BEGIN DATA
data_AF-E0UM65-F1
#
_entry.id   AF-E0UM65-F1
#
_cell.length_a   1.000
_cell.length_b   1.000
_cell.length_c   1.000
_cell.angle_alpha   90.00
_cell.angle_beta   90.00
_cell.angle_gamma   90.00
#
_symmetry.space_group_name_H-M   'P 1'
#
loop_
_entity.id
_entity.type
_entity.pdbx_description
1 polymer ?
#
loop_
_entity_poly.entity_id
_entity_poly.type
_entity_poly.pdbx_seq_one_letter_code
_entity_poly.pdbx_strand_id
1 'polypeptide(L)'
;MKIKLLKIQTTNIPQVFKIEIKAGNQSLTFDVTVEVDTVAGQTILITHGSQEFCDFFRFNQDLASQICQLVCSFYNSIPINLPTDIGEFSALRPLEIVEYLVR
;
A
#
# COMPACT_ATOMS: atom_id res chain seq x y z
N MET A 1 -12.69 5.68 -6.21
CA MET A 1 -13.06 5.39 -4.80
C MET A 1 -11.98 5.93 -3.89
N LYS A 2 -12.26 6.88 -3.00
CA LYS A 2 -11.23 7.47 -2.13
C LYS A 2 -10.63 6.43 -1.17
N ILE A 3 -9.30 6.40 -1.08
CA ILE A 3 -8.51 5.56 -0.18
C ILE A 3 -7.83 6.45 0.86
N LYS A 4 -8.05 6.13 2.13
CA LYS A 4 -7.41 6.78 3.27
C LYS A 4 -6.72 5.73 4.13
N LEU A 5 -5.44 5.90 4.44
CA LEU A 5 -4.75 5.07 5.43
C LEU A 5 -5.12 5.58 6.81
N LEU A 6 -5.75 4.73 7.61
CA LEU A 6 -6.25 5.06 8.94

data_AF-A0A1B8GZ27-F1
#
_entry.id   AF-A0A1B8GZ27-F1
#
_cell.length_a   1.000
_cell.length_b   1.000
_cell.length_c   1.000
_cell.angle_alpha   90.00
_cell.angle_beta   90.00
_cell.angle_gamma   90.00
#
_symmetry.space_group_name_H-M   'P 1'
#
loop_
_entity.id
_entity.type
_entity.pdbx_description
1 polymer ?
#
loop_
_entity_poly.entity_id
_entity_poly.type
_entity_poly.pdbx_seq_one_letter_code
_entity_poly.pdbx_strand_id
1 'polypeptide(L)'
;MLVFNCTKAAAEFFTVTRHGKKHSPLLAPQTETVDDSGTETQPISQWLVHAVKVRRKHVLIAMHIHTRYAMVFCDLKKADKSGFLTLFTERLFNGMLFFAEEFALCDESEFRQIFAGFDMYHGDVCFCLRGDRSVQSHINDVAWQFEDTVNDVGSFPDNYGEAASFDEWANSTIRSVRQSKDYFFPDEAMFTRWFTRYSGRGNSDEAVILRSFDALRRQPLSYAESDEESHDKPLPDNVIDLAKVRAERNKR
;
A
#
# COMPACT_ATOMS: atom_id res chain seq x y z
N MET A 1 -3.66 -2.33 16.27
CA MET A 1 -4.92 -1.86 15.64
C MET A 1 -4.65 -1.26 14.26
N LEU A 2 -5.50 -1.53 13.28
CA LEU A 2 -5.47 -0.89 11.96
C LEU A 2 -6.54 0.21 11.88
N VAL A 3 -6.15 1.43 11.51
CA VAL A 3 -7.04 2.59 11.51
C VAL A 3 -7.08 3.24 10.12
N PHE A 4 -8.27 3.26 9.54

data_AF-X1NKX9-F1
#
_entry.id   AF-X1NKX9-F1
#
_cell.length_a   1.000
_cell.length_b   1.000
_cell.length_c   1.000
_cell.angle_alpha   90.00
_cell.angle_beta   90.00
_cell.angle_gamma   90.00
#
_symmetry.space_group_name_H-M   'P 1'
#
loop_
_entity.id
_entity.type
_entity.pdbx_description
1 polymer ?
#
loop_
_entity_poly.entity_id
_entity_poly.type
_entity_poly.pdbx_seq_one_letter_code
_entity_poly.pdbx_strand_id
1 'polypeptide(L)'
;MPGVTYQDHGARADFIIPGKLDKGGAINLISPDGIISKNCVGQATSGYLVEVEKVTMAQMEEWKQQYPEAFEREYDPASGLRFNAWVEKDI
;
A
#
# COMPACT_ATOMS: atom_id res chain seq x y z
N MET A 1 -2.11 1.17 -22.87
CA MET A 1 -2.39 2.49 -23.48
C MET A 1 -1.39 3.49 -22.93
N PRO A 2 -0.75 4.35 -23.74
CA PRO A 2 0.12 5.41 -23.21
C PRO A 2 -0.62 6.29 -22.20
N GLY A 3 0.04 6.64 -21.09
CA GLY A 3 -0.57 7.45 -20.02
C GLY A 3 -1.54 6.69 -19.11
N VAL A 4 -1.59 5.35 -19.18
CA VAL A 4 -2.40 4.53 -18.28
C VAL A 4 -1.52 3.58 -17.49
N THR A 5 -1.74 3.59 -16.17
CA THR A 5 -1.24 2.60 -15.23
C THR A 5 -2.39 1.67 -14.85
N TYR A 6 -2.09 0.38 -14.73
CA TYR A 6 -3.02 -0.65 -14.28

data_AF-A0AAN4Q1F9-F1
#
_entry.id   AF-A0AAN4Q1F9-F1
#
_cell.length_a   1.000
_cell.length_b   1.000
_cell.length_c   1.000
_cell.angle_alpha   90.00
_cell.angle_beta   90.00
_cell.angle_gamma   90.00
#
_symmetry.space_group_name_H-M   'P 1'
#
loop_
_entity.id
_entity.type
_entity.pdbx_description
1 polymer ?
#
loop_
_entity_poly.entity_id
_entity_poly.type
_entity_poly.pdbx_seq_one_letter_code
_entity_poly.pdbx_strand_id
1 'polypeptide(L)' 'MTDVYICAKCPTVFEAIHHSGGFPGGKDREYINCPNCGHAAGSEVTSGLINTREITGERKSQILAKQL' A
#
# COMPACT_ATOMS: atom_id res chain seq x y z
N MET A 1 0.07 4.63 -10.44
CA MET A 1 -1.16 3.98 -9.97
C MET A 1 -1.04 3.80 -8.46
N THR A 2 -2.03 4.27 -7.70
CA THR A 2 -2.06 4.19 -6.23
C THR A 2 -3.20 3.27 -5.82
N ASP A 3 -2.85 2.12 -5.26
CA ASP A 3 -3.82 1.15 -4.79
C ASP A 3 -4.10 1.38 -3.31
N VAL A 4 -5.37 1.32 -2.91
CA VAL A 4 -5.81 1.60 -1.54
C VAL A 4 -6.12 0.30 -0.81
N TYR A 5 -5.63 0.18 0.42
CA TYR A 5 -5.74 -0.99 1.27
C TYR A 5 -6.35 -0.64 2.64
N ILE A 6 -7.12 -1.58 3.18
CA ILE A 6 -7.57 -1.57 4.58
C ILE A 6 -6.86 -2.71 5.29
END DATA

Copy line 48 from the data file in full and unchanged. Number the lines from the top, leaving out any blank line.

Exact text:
data_AF-A0A1B8GZ27-F1